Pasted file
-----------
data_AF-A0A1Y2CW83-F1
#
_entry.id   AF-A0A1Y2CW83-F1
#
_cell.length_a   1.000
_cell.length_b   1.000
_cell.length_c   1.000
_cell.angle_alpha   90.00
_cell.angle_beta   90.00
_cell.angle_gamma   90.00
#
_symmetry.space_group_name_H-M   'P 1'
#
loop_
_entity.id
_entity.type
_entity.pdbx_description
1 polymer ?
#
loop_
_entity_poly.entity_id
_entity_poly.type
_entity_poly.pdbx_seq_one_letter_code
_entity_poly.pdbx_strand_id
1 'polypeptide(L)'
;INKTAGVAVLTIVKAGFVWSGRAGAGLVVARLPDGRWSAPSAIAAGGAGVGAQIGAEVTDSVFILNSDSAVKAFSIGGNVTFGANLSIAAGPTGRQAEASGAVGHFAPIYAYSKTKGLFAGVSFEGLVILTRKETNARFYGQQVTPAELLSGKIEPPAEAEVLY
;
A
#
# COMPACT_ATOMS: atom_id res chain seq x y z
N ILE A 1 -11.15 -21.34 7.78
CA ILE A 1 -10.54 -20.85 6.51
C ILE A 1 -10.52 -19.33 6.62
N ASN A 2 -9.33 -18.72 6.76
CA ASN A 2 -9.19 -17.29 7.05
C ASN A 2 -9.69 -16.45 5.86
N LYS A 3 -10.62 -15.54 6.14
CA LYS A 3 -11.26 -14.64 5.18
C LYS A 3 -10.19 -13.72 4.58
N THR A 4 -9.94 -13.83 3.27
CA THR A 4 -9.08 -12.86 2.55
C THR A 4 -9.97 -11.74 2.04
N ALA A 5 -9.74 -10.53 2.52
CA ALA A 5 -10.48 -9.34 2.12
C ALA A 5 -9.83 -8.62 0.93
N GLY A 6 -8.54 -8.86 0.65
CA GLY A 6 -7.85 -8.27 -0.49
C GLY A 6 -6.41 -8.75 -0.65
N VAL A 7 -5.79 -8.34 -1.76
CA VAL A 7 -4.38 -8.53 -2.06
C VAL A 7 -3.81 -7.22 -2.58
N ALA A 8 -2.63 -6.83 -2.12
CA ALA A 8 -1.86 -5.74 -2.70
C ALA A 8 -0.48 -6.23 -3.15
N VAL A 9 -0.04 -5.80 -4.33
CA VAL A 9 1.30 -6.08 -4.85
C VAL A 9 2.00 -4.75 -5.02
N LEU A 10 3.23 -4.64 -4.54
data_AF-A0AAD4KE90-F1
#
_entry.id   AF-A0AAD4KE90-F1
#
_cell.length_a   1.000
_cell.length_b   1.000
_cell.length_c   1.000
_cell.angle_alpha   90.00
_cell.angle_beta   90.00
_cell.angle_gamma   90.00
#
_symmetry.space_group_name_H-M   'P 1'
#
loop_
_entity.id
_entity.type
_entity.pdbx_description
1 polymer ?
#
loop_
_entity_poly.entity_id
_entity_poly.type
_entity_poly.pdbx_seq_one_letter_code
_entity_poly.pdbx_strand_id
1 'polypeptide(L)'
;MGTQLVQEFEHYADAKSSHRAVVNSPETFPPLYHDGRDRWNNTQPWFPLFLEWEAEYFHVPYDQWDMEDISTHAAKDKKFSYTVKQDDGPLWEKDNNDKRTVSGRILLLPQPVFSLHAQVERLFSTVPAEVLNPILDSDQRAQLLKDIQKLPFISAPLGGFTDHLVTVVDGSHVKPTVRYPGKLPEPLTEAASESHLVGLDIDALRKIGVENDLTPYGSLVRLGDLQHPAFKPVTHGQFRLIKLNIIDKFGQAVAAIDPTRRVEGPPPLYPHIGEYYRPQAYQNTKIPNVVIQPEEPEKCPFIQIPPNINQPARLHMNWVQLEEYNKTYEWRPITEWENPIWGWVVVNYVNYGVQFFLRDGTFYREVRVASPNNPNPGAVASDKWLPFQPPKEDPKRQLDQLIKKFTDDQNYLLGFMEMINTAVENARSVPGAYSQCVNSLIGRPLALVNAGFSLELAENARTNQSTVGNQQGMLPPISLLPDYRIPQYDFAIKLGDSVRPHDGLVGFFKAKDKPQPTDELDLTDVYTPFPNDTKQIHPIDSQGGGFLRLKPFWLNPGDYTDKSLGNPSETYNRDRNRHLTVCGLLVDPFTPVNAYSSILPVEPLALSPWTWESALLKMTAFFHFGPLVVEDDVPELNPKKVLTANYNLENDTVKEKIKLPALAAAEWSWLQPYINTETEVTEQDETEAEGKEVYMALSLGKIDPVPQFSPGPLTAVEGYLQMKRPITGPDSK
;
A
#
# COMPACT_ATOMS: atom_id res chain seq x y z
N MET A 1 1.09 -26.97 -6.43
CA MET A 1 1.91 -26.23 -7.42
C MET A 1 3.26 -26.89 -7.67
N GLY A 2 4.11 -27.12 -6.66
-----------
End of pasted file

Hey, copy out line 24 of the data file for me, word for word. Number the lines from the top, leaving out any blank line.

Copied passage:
_entity_poly.pdbx_strand_id